Many famous athletes including Tiger Woods have used Platelet Rich Plasma (PRP) therapy – a non-surgical, non-operative treatment that may relieve pain by naturally promoting long lasting healing of musculoskeletal conditions.
How does PRP work?
Platelets contain proteins called growth factors which are very important in the healing of injuries. PRP is plasma with many more platelets than are typically found in blood. The concentration of these platelets — and thereby growth factors — can be 5 to 10 times richer than usual.
How is it administered?
Blood is drawn from a patient; platelets are extracted through a centrifuge process; the platelet solution is then injected to the injury site through guided ultrasound.
How effective is PRP?
According to the American Academy of Orthopaedic Surgeons, PRP is most effective in treatment of chronic tendon injuries such as tennis elbow.
It has also been used for patellar tendon injuries (runner’s knee) but it’s efficacy not well proven yet. There is no proven benefit after surgery.
If you are considering treatment with PRP, be sure to check your eligibility with your health insurance carrier. Few insurance plans, including workers’ compensation plans, provide reimbursement.
What is Synvisc?
Synvisc is an injection treatment used in knee patients by Dr Herald and provides up to six months of osteoarthritis knee pain with just one injection for many patients.
Synvisc is indicated for the treatment of pain in osteoarthritis (OA) of the knee in patients who have failed to respond adequately to conservative non-pharmacologic therapy and simple analgesics, e.g., acetaminophen.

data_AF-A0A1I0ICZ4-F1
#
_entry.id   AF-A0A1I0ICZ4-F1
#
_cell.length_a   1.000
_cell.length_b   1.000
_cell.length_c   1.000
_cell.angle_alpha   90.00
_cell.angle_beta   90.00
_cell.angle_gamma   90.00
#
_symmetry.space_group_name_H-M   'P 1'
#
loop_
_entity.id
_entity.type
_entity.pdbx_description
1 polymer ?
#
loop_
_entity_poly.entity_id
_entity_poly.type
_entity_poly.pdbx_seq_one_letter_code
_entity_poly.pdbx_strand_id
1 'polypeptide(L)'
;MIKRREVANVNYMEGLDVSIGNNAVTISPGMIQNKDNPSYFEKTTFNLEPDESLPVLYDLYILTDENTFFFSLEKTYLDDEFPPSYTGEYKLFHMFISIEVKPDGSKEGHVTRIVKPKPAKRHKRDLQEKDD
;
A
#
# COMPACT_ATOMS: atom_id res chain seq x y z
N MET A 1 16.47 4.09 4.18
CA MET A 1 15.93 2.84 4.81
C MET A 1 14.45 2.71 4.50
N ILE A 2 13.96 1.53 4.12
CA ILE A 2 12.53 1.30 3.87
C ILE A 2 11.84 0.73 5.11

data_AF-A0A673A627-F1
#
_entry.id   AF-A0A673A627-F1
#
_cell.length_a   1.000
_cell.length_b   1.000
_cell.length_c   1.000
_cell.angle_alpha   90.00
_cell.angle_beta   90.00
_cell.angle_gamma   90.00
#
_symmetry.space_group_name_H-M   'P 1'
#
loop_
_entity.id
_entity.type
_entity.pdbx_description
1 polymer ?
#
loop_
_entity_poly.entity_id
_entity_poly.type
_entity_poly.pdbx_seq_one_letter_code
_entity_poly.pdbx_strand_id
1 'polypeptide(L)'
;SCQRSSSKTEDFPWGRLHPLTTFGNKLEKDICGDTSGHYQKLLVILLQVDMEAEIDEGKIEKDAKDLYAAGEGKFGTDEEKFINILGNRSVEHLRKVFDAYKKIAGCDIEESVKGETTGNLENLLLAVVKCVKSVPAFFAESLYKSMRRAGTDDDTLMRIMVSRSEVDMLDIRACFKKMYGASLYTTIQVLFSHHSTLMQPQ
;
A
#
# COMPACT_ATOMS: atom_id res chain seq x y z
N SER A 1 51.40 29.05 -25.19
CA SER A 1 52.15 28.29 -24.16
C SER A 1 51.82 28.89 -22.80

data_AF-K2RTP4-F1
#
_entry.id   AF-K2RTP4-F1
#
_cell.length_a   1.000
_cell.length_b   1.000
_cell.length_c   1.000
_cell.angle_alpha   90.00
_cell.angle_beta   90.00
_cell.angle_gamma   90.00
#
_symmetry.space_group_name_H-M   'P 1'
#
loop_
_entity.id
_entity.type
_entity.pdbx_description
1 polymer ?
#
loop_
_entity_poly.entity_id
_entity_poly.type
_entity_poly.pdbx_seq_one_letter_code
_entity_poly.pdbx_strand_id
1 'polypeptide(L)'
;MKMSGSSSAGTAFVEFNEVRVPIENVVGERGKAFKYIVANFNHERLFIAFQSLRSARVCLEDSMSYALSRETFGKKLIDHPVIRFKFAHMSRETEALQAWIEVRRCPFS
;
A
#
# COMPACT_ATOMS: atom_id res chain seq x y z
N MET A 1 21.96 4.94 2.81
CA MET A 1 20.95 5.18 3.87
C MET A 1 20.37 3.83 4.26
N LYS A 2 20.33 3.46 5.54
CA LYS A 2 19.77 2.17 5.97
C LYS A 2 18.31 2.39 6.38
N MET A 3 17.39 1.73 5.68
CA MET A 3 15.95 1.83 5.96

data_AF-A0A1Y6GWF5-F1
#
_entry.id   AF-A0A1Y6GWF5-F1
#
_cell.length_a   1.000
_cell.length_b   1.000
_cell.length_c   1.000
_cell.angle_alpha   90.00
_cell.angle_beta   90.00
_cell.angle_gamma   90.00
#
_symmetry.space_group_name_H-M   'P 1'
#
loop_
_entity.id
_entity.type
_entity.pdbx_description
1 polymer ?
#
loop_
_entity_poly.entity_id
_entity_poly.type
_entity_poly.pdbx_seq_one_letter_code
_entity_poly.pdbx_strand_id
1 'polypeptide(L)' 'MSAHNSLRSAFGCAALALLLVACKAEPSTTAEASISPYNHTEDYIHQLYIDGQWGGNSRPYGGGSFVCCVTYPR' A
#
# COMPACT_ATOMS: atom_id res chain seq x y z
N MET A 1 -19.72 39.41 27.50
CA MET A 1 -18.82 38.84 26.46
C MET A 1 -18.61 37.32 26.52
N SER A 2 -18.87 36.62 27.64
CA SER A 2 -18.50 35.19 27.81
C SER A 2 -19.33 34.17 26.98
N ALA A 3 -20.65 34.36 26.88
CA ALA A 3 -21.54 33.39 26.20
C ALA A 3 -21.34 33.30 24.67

Before trying Synvisc-One, please tell Dr Herald if you have had an allergic reaction, such as swelling of the face, tongue or throat, respiratory difficulty, rash, itching or hives to Synvisc C. Also tell Dr Herald if you are allergic to products from birds – such as feathers, eggs or poultry – or if your leg is swollen or infected.
Synvisc-One to date is recommended for pain relief in knee joints only.
How do cortisone injections work and how often should I have cortisone injections?
Dr Herald offers cortisone injections which many patients find relieve symptoms of knee, elbow and shoulder pain for weeks, months and less frequently years. Cortisone injections reduce inflammation in a specific area, helping patients return to pain free activities. The injection usually tends to take effect within 3 to 5 days.
Short-term complications of cortisone injections are uncommon and include lightening of the skin, bleeding, soreness and inflammation. In people with diabetes cortisone can elevate the blood sugar level. Cortisone should also be used under careful medical supervision in people with bleeding disorders.
Facial flushing occurs in one in four patients but only lasts briefly, while sweating, dizziness and insomnia are uncommon side effects.
Whilst cortisone injections are generally well tolerated in most patients, due to side effects, most medical guidelines recommend that cortisone injections are used three or four times a year for non-chronic conditions. The recommended maximum number of injections in patients with chronic conditions is generally one injection every six weeks.
Anatomically engineered for every limb, Game Ready devices are “wraps” that deliver compression and cooling in one portable injury healing system.
Peer-reviewed studies now show Game Ready significantly improves healing and hastens recovery in shoulder and knee patients.
Find out more about Game Ready here.